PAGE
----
Ocean Avenue Rides a Wave of Change

Carl Smith left, owner of CES Contemporary gallery, and Peter Blake of Peter Blake Gallery, host an Ocean Avenue block party Saturday night.
Carl Smith left, owner of CES Contemporary gallery, and Peter Blake of Peter Blake Gallery, host an Ocean Avenue block party Saturday night.

A sea change is reshaping downtown’s Ocean Avenue as business owners tied by common threads redefine their neighborhood. Four years after Peter Blake Gallery staked a claim to a spot on a street losing its vibrancy, Carl Smith, owner of CES Contemporary, also relocated his gallery there. The two gallerists who envisioned cohesiveness among fellow merchants now see their efforts flourishing in an emerging shopping destination with a distinctive identity.

Tapping into new and veteran businesses offering “sophisticated” goods and services, ranging from art and interior and industrial design to fashion, culinary creations and distinct home products, Smith spearheaded an effort that will culminate this weekend with the avenue’s first annual Spring Soirée from 6 to 9 p.m. on Saturday, April 20.

Smith’s idea to build a brand identity received support from the start, with 20 Ocean Avenue merchants signing on. Merchants and artisans all want to “celebrate with our clients and the community the sophistication of the businesses on Ocean Avenue,” he said.

Several galleries will host opening receptions for new exhibitions during an evening planned with a live band, as well as hors d’oeuvres, refreshments and entertainment at locations up and down the street.

Despite the merchants’ shared sense of momentum, many residents have yet to learn of the metamorphosis. People simply don’t walk past the store, explained Heather Lee, co-owner of Trove Gallery at 370 Ocean with her husband Bobby Lee. Though the gallery, which displays art and sculptures, as well as unique pieces of new and vintage home furnishings, has been open for two years, she said locals will come in and ask if they’ve just opened. But now, “I think it’s starting to happen,” said Lee.

Blake credits the Planning Commission for recognizing that his gallery could be a catalyst to turning around a street lacking foot traffic. “We were dealing with an antiquated CUP process,” he said, which restricted Ocean to resident serving shops. Residents now are better served by what the street is beginning to offer, less basic needs and more unique “lifestyle” shops, he said.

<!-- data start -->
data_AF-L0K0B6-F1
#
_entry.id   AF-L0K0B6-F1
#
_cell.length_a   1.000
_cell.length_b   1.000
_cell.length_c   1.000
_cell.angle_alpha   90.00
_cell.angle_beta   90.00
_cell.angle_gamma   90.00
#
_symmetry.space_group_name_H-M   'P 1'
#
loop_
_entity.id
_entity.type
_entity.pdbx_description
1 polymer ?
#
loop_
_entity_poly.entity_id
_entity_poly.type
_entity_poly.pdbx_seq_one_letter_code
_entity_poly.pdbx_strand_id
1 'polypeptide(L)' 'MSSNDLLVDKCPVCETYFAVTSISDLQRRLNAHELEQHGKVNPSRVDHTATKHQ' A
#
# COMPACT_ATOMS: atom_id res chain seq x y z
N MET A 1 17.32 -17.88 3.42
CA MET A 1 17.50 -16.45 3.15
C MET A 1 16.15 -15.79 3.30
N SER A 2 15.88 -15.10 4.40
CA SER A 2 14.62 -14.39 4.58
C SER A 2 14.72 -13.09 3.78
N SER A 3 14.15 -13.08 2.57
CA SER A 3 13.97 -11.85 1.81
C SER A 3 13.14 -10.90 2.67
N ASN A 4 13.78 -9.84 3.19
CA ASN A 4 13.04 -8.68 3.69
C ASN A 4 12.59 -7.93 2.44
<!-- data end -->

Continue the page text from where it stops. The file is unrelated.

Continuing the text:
“We were hoping that by letting people in, it would invigorate Ocean Avenue,” Planning Commission chairman Norm Grossman said of their 2008 approval of Blake’s gallery, though the decision wasn’t without opposition.

“It’s quite clear that calling Ocean Avenue a resident serving street is problematic,” agreed planning commissioner Anne Johnson. But the butcher, the baker and the candlestick maker, she said, “are not the kind of businesses that can afford to come into town on that street.”

The street’s lack of vibrancy has concerned planners for years, she said. “I think a new generation is coming forward and changing the dialogue.”

While Blake’s gallery served as a catalyst for Gallery Row in North Laguna, a different transformation is underway on Ocean Avenue. It is being reborn as a mixed-use “lifestyle” street, with more people parking to eat at perhaps Zinc or Anastasia, and then, instead of getting back in their cars, as they might have in the past, they peruse the unique boutiques and galleries. “Now we’ve got a little Abbott Kinney,” Blake said, comparing it to the Venice Beach neighborhood with a reputation as a hip place to dine and shop for art, fashion and home goods. “The fact that we are getting together and having this opening is an indication that we are all feeling that,” he said.

“We’re lucky to have a lot of like-minded businesses on this block,” said Amy Spain, gallery manager of CES who has been promoting the evening with Smith. “It’s been a kind of joyful experience to see other businesses as invested as we are” in the process.

Marci Hutson, saleswoman at Hillary, a boutique newly offering women’s fashions along with children’s clothing, embraced the soirée as a way to bring in foot traffic and exposure to the street. She sees a renaissance underway on Ocean, ready to hold it’s own against Forest Avenue as a premier shopping street.

At least a decade has elapsed since merchants undertook any similar grass-roots organizing downtown beyond their own storefronts, Grossman said. The Ocean Avenue effort coincides with a current initiative of city planners, who are evaluating whether to redefine conditional use permit requirements for downtown. “I think for the first time in 20 years, we are going to look at all the options,” Grossman said. “Everything is on the table.”

Smith and Blake first collaborated on a holiday soiree prior to Hospitality Night last December. Just 11 businesses participated, eventually engaging a jazz band and attracting 150- 200 people.

Spring seemed an opportune time for a renewed effort, with the changing seasons reflecting the street’s own transformation.

Participating businesses include: Anastasia Café and Boutique, Casey’s Cupcake, CES Contemporary, Cliff Wassman, Couture Resale, D.N. Evans, Diana Garreau, Flea Market, Forest & Ocean Gallery, Hillary, I.C. London, Laguna Supply, Laguna Art Supply, Michael Evans, Peter Blake Gallery, Seaside Interiors, Spice Merchants, Studio DC Salon, Trove, Vanessa Rothe, and Zinc Café & Marketplace.


Photo by Mitch Ridder

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